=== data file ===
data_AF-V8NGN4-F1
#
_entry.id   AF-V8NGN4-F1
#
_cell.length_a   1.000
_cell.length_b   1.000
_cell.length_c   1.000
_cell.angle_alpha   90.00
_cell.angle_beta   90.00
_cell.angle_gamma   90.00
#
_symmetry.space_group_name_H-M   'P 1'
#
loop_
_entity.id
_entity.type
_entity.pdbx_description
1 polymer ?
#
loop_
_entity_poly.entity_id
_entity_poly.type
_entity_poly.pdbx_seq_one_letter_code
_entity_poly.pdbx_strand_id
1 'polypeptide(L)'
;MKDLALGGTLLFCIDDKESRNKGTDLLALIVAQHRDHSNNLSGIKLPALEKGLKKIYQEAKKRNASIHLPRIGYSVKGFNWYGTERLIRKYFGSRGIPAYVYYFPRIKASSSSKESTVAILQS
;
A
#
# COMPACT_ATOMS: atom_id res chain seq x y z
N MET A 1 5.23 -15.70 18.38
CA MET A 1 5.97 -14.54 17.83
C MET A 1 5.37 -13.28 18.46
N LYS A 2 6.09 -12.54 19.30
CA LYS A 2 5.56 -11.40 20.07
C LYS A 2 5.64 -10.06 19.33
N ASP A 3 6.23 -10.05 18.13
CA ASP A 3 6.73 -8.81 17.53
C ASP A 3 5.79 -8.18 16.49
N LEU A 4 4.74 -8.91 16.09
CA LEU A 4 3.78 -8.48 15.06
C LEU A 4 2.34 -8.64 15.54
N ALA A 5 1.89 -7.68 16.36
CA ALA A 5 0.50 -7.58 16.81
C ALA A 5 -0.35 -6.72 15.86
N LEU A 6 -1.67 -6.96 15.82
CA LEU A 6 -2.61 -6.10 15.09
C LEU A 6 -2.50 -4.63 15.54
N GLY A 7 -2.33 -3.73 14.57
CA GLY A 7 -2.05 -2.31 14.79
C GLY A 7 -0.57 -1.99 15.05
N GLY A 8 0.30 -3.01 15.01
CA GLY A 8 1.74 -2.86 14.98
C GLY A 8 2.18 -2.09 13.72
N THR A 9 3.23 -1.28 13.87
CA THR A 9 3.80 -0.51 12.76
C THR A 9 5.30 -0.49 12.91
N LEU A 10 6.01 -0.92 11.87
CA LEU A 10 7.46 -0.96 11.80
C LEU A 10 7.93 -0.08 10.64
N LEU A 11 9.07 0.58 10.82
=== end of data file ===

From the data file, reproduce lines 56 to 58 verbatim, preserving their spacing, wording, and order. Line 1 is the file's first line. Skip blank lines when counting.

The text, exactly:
CA THR A 9 3.80 -0.51 12.76
C THR A 9 5.30 -0.49 12.91
N LEU A 10 6.01 -0.92 11.87